I’m going to come out and say it. The Oculus Go is my favorite VR headset of 2021, maybe ever. Yes, that Oculus go, the cheap one they don’t sell anymore. I’m currently playing through Magnesium 173 via Steam Streaming to my PC, emulating light gun games in retroarch, and playing Switch games directly through HDMI!
I had my eye on one since launch, but with the ties to Facebook and the Facebook login requirement, I kept my distance. When John Carmack released a rooted/unlocked firmware for the device earlier this fall, I knew it was time to pick one up.
You don’t need to have a Facebook account, just submit the form to become an Oculus developer and you can create an Oculus account. This will let you set up the device for the first time (for now… I’m sure an untethered setup hack is coming soon.)
I was really enjoying playing around with it, streaming Steam games from my PC and Xbox games from the cloud. Retroarch works great, especially light gun games! (Duck Hunt, House of the Dead, Confidential Mission)
It is not powerful enough to emulate the Switch. Hell it’s not powerful enough to emulate the Gamecube at a reasonable speed. So how then, am I going to play Metroid Dread on it?
OK, for sure, I could emulate it on my PC and stream it on over. That’ll work fine. What if I don’t want to emulate? What if I want to use any HDMI capable device, directly on the Go, without having any wifi or internet connectivity requirements?
Well, as I found out today, I’m in luck. It cost me about 15$, and no trouble at all!
You see, dear reader, the Oculus go is essentially a Galaxy S7 crammed into a VR headset. Not exactly, but close enough. Now that we have an unlocked and rooted operating system, the sky is the limit!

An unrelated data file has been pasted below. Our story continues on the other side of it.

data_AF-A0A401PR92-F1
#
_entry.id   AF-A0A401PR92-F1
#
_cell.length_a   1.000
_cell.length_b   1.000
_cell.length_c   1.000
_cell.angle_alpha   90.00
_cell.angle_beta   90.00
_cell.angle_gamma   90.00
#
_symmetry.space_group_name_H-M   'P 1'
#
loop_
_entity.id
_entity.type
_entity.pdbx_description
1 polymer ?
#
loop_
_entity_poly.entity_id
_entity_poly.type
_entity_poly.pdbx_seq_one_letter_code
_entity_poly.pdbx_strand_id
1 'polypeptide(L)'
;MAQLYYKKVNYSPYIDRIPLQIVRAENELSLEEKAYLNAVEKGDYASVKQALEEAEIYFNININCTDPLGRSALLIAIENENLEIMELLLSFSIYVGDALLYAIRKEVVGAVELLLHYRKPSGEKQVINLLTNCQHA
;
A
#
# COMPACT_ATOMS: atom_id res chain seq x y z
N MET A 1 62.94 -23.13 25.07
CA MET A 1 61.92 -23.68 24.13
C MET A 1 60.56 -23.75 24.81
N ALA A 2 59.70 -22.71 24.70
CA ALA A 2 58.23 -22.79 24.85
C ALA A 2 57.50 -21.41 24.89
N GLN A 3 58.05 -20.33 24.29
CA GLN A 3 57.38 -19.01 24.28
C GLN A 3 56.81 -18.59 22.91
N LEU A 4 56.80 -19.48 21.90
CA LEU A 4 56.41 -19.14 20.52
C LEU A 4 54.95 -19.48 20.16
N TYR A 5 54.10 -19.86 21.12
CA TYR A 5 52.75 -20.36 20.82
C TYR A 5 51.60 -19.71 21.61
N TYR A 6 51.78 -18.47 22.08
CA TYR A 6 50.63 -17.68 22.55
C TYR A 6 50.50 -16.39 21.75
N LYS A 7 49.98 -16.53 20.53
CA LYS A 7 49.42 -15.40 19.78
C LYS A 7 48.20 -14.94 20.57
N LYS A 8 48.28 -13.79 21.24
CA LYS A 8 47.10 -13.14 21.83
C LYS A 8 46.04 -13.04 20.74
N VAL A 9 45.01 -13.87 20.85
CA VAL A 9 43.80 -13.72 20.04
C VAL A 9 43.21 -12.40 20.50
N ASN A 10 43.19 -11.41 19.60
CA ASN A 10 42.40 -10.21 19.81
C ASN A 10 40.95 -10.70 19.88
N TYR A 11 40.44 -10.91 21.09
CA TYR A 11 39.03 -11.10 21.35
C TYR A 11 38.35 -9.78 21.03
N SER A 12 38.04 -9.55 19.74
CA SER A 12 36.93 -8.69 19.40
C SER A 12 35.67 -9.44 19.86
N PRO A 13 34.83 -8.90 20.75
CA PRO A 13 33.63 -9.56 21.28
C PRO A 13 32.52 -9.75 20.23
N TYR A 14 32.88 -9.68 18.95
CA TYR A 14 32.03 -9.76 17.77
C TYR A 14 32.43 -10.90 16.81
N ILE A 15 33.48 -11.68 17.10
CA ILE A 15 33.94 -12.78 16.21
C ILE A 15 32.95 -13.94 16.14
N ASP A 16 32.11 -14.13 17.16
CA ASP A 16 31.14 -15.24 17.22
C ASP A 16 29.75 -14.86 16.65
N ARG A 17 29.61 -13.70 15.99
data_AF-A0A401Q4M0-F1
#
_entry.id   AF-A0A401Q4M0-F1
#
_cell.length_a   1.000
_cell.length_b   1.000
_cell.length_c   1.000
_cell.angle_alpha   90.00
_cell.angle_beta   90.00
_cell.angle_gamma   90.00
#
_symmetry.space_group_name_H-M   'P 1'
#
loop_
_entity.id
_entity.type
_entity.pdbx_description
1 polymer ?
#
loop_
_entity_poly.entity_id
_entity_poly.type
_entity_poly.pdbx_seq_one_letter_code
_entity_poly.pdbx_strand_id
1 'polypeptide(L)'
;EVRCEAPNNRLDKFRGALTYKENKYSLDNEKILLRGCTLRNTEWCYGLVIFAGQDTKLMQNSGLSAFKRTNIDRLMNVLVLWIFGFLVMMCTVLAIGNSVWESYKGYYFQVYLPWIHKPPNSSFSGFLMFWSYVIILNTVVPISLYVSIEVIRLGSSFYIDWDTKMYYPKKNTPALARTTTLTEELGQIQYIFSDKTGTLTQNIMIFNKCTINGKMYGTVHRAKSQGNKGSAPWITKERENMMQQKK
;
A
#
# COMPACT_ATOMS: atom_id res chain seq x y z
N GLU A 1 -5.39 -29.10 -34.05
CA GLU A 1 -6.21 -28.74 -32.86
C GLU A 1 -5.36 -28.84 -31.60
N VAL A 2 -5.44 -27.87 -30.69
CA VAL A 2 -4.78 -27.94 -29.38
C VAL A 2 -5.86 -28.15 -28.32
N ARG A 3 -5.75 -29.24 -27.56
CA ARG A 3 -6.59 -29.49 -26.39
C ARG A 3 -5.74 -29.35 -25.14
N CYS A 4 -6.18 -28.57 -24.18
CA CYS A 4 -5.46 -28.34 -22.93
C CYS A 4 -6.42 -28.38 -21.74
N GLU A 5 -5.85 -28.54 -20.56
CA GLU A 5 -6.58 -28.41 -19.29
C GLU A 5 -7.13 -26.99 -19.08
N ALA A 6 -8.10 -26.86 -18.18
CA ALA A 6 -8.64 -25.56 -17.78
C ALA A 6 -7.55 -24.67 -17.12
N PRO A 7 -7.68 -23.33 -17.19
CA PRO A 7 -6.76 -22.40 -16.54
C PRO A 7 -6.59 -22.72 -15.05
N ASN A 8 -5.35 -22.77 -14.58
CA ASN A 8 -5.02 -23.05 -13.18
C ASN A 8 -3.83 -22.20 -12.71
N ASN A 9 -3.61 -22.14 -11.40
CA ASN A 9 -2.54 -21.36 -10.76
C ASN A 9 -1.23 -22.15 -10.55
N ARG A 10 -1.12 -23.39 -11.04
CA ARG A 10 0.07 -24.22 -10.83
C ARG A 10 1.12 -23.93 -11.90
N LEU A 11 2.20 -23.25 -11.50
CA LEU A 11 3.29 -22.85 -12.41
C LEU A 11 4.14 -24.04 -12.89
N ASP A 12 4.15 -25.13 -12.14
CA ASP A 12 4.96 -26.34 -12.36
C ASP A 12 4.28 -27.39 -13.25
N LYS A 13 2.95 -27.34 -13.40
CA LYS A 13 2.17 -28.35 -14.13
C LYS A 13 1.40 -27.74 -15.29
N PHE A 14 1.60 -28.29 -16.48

What we’ll do is use a USB OTG cable (remember those?) and a capture card to bridge out the micro-usb to a full USB-A port.
Take the OTG cable, and plug in the HDMI->USB capture dongle (15$ at Microcenter). After that, any HDMI device plugs into the input (my particular capture device supports up to 1080p)
Android supports this form of USB video well, but you’ll need to install a viewer application. There’s a well supported (and ad supported) one that I’ve found works well called “USB Camera - UVC and EasyCap”. You’ll probably want to spring for the pro version, or find one without ads. For this proof of concept, I don’t mind if there are ads while I’m testing the hardware.
You’ll need to enable developer mode and sideloading, then side load in your USB capture software.
Here’s a guide for enabling developer mode and sideloading on an Oculus Go.
Once we have all of our cables and software ready, plug them into the Oculus
Open the app, accept the USB camera permission, and you’re off to the races!! Lots of cool applications for this, and the latency isn’t horrible!
That wraps it up for this one, keep an eye out for some fun Oculus projects coming soon on this blog!